Petitioners Call on Premiers to Protect Boreal Forest
Tuesday, May 12th 2009 4:11:08pm
60,000 Join in Call to Increase Protection for Breeding Grounds for Billions of Birds
Toronto, May 12, 2009: With spring bird migration in full swing, Ontario Nature and other environmental groups across Canada will deliver 60,000 petitions today calling for increased protection of Canada's 1.3-billion-acre Boreal Forest. Referred to as the "Bird Nursery of the North," the Canadian boreal is the breeding and nesting grounds for billions of migratory birds.
Serious declines of many bird populations have prompted calls for large-scale protection of this critically important habitat.
Simultaneous media events are planned in Toronto, Ottawa, and Quebec City, with participation in six other provinces and territories (Manitoba, Saskatchewan, Newfoundland and Labrador, Northwest Territories, Alberta, and British Columbia).
The petitions - to be delivered to Premier Dalton McGuinty, other provincial Premiers, and Prime Minister Stephen Harper - urge Canadian governments to adopt the principles of the Boreal Forest Conservation Framework. Developed with some of the world's leading scientists, the Framework calls for protecting at least 50% of the Boreal Forest and supporting sustainable development practices in the remaining areas. Signatures were collected via the Save Our Boreal Birds website (www.saveourborealbirds.org), a collaborative effort by more than 20 conservation groups from across Canada, the United States, Central and South America.
"The Boreal Forest is widely regarded as the songbird nursery for the Americas," says Caroline Schultz, Executive Director of Ontario Nature. "Millions of birds migrate there to nest and breed in Ontario alone. We cannot afford to lose any more of this precious habitat than we already have."
In Ontario, logging, mining and other industrial activities have already carved through the southern Boreal Forest, fragmenting the landscape and destroying wildlife habitat. Logging alone can destroy an estimated 45,000 migratory bird nests in a single year in Ontario. The intact northern Boreal is situated north of the line where commercial forestry currently takes place, roughly along the 51st parallel. Last summer, Premier McGuinty made a landmark commitment to protect at least 50% of this region - an announcement lauded in Canada and internationally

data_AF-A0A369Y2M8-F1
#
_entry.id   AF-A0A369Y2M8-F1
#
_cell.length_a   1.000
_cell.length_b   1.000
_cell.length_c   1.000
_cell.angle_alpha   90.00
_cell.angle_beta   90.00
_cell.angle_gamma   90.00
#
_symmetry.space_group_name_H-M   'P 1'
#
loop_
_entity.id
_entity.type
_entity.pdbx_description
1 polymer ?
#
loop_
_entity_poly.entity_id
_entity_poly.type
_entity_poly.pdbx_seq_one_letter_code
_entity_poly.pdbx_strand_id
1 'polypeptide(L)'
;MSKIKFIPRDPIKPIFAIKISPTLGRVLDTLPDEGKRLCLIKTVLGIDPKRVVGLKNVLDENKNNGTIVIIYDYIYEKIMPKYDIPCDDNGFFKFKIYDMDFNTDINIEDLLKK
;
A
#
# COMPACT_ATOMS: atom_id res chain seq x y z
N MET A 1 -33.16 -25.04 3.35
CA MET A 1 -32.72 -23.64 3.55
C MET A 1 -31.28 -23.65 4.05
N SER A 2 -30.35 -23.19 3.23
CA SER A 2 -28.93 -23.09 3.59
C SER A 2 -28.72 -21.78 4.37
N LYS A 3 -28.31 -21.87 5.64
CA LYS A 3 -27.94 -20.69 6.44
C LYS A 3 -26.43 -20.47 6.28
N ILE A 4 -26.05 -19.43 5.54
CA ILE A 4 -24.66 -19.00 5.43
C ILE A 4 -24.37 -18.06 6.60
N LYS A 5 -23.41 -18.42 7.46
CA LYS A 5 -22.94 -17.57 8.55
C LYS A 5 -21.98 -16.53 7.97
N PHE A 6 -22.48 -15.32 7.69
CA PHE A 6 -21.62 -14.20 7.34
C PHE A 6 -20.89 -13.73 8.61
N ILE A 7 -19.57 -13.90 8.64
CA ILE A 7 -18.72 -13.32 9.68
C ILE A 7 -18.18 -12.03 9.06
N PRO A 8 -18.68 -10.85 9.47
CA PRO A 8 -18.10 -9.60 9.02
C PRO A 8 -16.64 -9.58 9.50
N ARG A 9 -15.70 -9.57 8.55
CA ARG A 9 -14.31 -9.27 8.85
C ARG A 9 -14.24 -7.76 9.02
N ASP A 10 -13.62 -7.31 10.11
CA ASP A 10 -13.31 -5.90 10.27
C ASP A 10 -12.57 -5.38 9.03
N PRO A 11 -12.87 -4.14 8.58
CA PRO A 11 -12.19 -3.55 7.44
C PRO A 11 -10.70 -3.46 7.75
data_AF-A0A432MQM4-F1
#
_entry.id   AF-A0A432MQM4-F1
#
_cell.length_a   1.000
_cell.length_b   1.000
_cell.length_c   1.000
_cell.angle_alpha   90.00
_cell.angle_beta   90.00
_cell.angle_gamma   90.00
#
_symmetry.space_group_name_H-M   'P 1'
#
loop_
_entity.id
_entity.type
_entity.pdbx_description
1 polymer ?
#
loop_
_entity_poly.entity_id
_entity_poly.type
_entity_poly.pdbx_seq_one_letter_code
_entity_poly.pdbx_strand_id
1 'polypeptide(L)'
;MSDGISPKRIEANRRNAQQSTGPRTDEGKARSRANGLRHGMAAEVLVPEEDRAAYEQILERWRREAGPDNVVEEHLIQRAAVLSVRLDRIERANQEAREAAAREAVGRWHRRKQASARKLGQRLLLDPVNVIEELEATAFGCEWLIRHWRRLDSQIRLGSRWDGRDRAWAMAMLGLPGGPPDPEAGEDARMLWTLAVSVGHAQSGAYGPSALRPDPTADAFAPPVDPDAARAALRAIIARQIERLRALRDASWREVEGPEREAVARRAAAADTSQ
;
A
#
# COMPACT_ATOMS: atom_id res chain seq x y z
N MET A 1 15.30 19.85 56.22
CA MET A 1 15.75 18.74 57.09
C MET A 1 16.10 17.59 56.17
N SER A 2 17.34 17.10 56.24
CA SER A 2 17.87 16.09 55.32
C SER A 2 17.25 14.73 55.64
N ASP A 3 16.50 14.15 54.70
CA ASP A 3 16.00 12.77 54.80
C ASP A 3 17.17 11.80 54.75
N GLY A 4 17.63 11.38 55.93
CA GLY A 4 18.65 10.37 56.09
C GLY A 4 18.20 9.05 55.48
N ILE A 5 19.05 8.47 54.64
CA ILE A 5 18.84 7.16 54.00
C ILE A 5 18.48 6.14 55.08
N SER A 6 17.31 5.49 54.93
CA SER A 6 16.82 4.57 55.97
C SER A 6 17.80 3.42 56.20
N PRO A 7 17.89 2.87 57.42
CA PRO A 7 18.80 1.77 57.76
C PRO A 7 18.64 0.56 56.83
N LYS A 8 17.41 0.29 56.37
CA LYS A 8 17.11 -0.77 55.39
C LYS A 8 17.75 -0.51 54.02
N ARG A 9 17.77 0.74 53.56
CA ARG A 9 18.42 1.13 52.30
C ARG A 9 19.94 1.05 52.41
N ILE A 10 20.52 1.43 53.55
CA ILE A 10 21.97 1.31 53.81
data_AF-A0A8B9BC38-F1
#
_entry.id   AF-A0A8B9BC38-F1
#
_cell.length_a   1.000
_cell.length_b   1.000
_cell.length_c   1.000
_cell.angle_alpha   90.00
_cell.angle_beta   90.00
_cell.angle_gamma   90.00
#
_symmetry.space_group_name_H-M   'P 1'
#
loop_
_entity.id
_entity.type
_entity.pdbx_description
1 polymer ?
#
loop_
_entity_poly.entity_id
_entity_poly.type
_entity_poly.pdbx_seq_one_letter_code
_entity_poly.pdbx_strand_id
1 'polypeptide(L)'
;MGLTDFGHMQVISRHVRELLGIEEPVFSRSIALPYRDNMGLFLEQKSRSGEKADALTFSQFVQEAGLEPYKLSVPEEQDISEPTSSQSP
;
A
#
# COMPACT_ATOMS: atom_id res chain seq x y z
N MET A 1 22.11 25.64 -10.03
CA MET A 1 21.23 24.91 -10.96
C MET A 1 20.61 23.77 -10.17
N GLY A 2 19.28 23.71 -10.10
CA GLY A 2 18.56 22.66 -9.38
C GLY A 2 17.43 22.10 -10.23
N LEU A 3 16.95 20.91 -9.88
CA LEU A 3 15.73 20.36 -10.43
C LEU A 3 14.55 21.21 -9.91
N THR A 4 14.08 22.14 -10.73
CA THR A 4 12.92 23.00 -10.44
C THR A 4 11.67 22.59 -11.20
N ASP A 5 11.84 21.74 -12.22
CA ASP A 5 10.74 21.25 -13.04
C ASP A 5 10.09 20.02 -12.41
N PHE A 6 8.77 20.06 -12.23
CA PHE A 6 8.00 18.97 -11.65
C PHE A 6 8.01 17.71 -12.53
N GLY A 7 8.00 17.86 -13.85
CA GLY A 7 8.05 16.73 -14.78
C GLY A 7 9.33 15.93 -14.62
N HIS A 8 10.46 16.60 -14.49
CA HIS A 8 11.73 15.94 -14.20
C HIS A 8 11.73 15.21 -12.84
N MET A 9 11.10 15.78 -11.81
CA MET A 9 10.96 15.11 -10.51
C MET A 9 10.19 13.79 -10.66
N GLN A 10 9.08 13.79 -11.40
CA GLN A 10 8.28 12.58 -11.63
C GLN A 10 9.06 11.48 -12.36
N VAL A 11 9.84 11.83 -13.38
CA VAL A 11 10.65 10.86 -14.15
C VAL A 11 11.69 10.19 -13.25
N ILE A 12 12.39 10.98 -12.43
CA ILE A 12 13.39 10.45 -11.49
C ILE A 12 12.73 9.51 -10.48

There is an urgent need for the Ontario legislature to pass legislation that fulfills the Premier's promise. At present, less than 10% of Ontario's Boreal Forest is protected, and only 5% of the northern Boreal in protected. Many boreal-dependent birds have been in steady decline for decades. Provincially, olive-sided flycatcher numbers have decreased by almost four-fifths over the past 4 decades - with 46% of the decline in the last decade alone. The rusty blackbird has been decreasing by an average of 12% a year over the past three decades.
"The dramatic decline in migratory songbirds warns us that our forests are under siege," says Dr. Bridget Stutchbury, Canada Research Chair in Ecology and Conservation Biolody at York University. "We urgently need to safeguard what remains for songbirds and ourselves."
"We have grown increasingly alarmed by the drop in boreal bird populations," adds Ms. Schultz. "To reverse this disturbing trend and conserve biodiversity, we are anxious to see strong legislation and funding for protection and sustainable land use planning, with Ontario and First Nations working in partnership to ensure that Premier McGuinty's promise is realized."
Scientists have also called for protection of Canada's Boreal Forest in recognition of its importance as the world's largest carbon storehouse. Carbon equivalent to 27 years' worth of the world's fossil fuel emissions is stored in the lakes, soils, peat lands, and trees of the Boreal Forest, but can be released due to industrial disturbance of these lands.
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For further information and interviews please contact: